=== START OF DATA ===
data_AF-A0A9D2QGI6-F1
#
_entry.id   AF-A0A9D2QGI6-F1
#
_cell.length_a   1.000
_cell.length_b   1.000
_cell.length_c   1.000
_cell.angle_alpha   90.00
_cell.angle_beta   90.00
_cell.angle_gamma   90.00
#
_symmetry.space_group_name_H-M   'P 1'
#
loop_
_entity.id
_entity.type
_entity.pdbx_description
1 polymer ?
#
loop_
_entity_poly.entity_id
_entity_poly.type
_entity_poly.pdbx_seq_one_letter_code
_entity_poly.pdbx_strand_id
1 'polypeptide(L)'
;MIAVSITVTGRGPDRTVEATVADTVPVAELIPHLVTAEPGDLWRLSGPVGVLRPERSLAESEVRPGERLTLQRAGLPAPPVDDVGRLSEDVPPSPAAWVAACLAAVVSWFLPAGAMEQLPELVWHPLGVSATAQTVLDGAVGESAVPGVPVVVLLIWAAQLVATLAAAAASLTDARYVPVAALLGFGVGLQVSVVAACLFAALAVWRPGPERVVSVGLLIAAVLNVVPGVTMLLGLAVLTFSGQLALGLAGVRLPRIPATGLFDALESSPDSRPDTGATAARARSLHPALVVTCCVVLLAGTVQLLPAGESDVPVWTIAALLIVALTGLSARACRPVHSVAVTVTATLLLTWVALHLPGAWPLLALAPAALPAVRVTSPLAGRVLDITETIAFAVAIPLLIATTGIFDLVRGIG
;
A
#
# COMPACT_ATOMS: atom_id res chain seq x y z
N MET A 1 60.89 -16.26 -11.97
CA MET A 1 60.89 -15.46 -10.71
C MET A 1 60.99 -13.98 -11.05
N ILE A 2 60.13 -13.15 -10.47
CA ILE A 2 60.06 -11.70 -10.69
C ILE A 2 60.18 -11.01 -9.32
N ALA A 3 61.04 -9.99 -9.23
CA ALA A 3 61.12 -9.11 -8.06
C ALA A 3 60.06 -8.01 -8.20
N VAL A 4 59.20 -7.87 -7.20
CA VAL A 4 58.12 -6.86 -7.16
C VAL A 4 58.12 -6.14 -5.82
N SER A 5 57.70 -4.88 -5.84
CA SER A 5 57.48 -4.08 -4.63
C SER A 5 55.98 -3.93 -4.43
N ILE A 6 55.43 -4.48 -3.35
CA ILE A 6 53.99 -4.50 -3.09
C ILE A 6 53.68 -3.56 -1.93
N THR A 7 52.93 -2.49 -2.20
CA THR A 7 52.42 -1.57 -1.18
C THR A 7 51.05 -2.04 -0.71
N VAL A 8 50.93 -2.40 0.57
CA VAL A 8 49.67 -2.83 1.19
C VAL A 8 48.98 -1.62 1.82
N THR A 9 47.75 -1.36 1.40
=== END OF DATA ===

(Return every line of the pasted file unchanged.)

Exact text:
data_AF-A0A9D2QGI6-F1
#
_entry.id   AF-A0A9D2QGI6-F1
#
_cell.length_a   1.000
_cell.length_b   1.000
_cell.length_c   1.000
_cell.angle_alpha   90.00
_cell.angle_beta   90.00
_cell.angle_gamma   90.00
#
_symmetry.space_group_name_H-M   'P 1'
#
loop_
_entity.id
_entity.type
_entity.pdbx_description
1 polymer ?
#
loop_
_entity_poly.entity_id
_entity_poly.type
_entity_poly.pdbx_seq_one_letter_code
_entity_poly.pdbx_strand_id
1 'polypeptide(L)'
;MIAVSITVTGRGPDRTVEATVADTVPVAELIPHLVTAEPGDLWRLSGPVGVLRPERSLAESEVRPGERLTLQRAGLPAPPVDDVGRLSEDVPPSPAAWVAACLAAVVSWFLPAGAMEQLPELVWHPLGVSATAQTVLDGAVGESAVPGVPVVVLLIWAAQLVATLAAAAASLTDARYVPVAALLGFGVGLQVSVVAACLFAALAVWRPGPERVVSVGLLIAAVLNVVPGVTMLLGLAVLTFSGQLALGLAGVRLPRIPATGLFDALESSPDSRPDTGATAARARSLHPALVVTCCVVLLAGTVQLLPAGESDVPVWTIAALLIVALTGLSARACRPVHSVAVTVTATLLLTWVALHLPGAWPLLALAPAALPAVRVTSPLAGRVLDITETIAFAVAIPLLIATTGIFDLVRGIG
;
A
#
# COMPACT_ATOMS: atom_id res chain seq x y z
N MET A 1 60.89 -16.26 -11.97
CA MET A 1 60.89 -15.46 -10.71
C MET A 1 60.99 -13.98 -11.05
N ILE A 2 60.13 -13.15 -10.47
CA ILE A 2 60.06 -11.70 -10.69
C ILE A 2 60.18 -11.01 -9.32
N ALA A 3 61.04 -9.99 -9.23
CA ALA A 3 61.12 -9.11 -8.06
C ALA A 3 60.06 -8.01 -8.20
N VAL A 4 59.20 -7.87 -7.20
CA VAL A 4 58.12 -6.86 -7.16
C VAL A 4 58.12 -6.14 -5.82
N SER A 5 57.70 -4.88 -5.84
CA SER A 5 57.48 -4.08 -4.63
C SER A 5 55.98 -3.93 -4.43
N ILE A 6 55.43 -4.48 -3.35
CA ILE A 6 53.99 -4.50 -3.09
C ILE A 6 53.68 -3.56 -1.93
N THR A 7 52.93 -2.49 -2.20
CA THR A 7 52.42 -1.57 -1.18
C THR A 7 51.05 -2.04 -0.71
N VAL A 8 50.93 -2.40 0.57
CA VAL A 8 49.67 -2.83 1.19
C VAL A 8 48.98 -1.62 1.82
N THR A 9 47.75 -1.36 1.40